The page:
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Michelle Garza, half of the Sisters of Slaughter with Melissa Lason, authors of "Those Who Follow" and "Kingdom of Teeth"

“I have a few. Water/the ocean has always frightened me because I almost drowned as a kid. Melissa tried saving me and I almost killed her by dragging her under water. Another kid saved us both. In our novella Isolation, the main character has thalassophobia. I still have trouble spelling that. Haha. A fear of bodies of water. My other big fear is bugs crawling in my ear when I'm sleeping, because as a kid I awoke to a cockroach crawling in my hair next to my ear and I ripped my hair out to get it away from me. I'm still terrified of roaches and sleep with a blanket over my ear even in summer. Also sharks, for no reason other than a reoccurring nightmare I've had since I was little about getting eaten by sharks. Haha. That's probably a common fear for people who've almost drowned and have lived in the desert their whole life. We went to California four or five years ago and I wouldn't let my kids go deeper than their knees in the ocean. My husband called me aguafiestas, but I've seen Jaws too many times, bro!”

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Mark Allan Gunnells, author of "Before He Wakes" and "Tales From the Typewriter"

“I can think of a couple. I have been afraid of large bodies of water my entire life. I definitely still am, and I have never learned to swim because of it. I have utilized that fear a little bit in my writing, but oddly, I tend to shy away from it. However, the fear I had in my childhood that I utilize a lot is the fact that growing up gay in the south I had a huge fear of ridicule and rejection and scorn and even violence for just being myself. I still have a little of that. I'm very secure in who I am and very proud and very vocal, but some of the old fear lingers and it clearly shows up in a lot of my work.”

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Laurel Hightower, author of "Crossroads" and the upcoming "Below"

“I'd have to say it's water—I don't know if I was always terrified, but not being able to see what was in there and the fact it can TOUCH you—gah! A lot of my characters have a fear of water, and I'm fascinated by stories of flooded towns and ghost ships. While fish are, on their own, frankly terrifying (THEY TOUCH YOU, EW) I've realized I'm at least half convinced a skeletal hand from a rotting corpse is reaching for me through the murk.”

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Adam Cesare, author of "Video Night", "Summer Job", and "Clown in a Cornfield"

“When I was a kid, I was running barefoot on a wood deck and got a splinter in my big toe. Which sounds lame, but it was a really big splinter, about as big as my finger, and it’d gone straight into one side of my toe and through the other.

But that’s not the part that scared me or stuck with me: it was the uncanny moment of looking down, seeing the bit of wood sticking out both sides of my toe, but not feeling any pain… yet. I think about that all the time when I’m writing horror, specifically corporeal horror. How your body can conceptualize injury before your nerves even have a chance to catch up.”

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Paul Tremblay, author of "A Head Full of Ghosts", "Survivor Song", and the upcoming "The Pallbearers Club"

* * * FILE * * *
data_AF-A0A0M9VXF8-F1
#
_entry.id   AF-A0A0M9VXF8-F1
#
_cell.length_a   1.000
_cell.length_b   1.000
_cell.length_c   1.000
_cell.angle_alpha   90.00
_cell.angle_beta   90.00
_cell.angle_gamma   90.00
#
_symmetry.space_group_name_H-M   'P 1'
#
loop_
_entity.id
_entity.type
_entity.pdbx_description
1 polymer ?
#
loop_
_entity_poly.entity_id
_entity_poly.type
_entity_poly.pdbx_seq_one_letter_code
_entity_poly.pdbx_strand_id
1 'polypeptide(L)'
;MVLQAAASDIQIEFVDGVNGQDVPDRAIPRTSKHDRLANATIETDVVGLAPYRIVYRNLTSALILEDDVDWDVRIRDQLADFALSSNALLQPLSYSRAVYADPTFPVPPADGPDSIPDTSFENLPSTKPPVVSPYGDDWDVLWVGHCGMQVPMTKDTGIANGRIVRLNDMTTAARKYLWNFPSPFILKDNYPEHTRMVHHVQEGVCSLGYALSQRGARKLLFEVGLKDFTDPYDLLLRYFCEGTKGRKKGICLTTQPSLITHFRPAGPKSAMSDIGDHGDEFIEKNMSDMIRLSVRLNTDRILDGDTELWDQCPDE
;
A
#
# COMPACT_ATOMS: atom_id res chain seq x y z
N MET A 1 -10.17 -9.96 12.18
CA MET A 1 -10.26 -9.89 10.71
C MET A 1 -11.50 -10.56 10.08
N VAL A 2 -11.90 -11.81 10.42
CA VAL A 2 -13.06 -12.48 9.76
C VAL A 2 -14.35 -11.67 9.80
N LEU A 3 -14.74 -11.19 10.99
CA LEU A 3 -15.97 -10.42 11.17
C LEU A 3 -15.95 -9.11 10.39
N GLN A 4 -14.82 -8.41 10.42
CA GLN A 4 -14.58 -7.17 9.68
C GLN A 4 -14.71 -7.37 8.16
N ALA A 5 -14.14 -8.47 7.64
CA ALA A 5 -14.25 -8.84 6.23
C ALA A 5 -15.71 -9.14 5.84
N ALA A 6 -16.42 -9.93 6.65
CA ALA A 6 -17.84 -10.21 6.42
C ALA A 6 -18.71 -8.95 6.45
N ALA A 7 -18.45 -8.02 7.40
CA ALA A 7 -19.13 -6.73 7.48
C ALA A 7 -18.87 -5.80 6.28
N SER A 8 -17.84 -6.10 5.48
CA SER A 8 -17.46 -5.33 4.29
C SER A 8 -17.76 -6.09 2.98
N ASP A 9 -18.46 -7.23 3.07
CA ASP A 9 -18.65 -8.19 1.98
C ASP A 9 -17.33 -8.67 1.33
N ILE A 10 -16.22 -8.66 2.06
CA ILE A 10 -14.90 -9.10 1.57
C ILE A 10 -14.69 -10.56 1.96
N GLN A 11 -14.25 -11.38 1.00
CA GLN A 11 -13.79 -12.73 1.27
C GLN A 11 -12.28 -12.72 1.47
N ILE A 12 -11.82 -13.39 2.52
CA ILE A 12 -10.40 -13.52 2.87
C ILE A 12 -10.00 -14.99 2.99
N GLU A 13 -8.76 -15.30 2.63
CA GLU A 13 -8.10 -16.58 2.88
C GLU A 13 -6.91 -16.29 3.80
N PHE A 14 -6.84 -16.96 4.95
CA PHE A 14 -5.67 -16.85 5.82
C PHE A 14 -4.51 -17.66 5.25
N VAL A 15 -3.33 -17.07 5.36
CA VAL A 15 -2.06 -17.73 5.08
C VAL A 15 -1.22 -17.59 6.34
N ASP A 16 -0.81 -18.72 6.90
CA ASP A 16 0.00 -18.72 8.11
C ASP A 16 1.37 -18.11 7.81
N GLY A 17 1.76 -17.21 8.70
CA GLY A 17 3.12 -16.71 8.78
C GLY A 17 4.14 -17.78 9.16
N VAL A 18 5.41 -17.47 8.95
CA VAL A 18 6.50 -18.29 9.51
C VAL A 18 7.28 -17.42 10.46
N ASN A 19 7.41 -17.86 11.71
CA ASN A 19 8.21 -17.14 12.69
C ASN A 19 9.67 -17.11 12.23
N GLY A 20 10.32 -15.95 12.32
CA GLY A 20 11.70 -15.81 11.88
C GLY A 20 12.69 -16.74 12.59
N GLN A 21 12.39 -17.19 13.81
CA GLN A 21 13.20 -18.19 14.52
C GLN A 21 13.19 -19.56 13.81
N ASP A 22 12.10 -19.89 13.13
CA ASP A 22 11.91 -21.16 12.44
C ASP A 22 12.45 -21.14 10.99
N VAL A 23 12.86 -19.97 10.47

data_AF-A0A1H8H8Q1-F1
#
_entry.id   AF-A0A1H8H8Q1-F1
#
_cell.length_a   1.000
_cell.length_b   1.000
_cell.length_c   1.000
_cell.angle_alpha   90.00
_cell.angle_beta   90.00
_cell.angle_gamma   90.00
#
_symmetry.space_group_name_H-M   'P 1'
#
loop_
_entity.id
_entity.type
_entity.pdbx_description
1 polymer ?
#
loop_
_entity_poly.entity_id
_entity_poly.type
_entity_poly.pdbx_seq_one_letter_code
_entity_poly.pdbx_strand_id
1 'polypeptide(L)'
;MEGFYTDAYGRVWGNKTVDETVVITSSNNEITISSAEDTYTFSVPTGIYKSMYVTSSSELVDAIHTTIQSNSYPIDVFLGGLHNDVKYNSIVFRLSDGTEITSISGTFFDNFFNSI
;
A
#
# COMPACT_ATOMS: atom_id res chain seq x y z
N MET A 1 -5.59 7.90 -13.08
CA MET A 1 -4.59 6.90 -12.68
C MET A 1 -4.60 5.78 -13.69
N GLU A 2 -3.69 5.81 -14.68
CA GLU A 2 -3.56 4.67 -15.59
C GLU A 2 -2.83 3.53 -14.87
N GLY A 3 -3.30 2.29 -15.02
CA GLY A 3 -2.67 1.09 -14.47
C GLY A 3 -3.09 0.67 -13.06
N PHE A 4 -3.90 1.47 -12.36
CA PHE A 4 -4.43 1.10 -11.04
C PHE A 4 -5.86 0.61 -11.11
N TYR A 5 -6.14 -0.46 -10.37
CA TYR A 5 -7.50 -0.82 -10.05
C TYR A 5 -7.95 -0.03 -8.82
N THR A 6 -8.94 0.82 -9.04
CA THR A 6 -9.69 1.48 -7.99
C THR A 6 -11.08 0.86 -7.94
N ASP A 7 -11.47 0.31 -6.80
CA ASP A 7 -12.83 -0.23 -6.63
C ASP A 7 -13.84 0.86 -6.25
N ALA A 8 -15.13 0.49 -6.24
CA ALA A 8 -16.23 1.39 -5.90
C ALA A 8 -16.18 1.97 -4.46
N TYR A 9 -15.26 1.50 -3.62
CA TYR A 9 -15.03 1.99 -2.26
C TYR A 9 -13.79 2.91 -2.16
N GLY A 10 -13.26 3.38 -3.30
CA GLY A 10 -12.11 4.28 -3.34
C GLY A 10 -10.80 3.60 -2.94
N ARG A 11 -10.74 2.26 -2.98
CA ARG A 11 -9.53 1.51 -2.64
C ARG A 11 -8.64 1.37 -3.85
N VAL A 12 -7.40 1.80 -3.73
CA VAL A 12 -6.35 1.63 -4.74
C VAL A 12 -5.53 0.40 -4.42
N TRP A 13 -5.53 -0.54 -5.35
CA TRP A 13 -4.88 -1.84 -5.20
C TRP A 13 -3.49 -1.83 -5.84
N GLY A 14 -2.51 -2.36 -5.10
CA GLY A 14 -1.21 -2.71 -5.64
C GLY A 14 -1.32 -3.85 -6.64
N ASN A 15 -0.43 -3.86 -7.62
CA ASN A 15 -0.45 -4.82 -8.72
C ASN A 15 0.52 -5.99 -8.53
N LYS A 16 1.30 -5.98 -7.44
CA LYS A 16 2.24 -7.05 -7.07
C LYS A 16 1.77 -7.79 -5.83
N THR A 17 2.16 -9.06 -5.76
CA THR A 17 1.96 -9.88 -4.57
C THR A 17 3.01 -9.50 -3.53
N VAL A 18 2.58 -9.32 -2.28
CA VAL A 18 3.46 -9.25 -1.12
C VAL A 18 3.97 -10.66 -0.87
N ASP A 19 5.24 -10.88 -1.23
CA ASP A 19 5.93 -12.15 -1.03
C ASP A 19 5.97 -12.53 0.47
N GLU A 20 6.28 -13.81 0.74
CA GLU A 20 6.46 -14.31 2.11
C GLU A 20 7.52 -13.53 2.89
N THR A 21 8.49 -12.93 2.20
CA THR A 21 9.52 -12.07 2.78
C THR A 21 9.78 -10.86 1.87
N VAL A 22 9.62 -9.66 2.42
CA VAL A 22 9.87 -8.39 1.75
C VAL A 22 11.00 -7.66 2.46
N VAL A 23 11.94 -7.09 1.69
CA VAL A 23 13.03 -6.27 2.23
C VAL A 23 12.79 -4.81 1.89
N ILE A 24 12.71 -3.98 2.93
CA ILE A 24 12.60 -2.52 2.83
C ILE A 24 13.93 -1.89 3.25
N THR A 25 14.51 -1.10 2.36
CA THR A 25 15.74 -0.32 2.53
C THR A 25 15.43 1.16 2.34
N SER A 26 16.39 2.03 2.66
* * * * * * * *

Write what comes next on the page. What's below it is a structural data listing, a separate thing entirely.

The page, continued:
“As a one-time (or all-time) card carrying scaredy cat, it's less a specific fear that I'm stuck with than vivid memories of my fears and emotional life as a kid/teenager, which I've written about a lot. Also, I still have the occasional shark nightmare, or ghost nightmare.”

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Bryan Smith, author of "68 Kill", "Slowly We Rot", and the upcoming "Last of the Ravagers"

“Nothing immediate or obvious springs right to mind. Like being afraid of the dark or monsters under the bed or whatever. I've been writing a long time. Going back to childhood, I guess it's fair to say I wasn't the most well-adjusted kid, at least in the chaos of a public school setting. My early stories were filled with a lot of things that appeal to kids. Dinosaurs and spaceships. Lost world stories. High adventure in general. In part, it was just because that was fun. But looking back, escapism was an obvious factor as well. I liked my stories better than the real world. My home life was fine, but anything beyond the confines of that during those childhood years come with a sense of vulnerability, of not really fitting with everyone else. Of being at odds with the world in general. In stories I could get away from that. I was in control. My protagonists could deal with threats in ways I couldn't. Even today, I tend to feature characters with a misfit element to them, such as my recent The Unseen books. And in a lot of the books there's an underlying fear of vulnerability, of being caught up in the random chaos of a dangerous and uncaring world.”

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Brian Keene, author of "Terminal", "The Rising", "Dark Hollow", and "The Complex"

“Not...really. I mean, snakes scared me as a kid and still scare me as an adult, but they've never shaped or impacted my work other than Scratch (my giant snake novella).

I would propose that, as I've aged and evolved, so have my fears. When I was a kid, it was snakes. As an adult, it's things like cancer or social upheaval or something happening to my kids.

And at 54, I can see my sixties and seventies on the not so distant horizon, and am beginning to feel the stirrings of a whole new set of fears that go along with that.”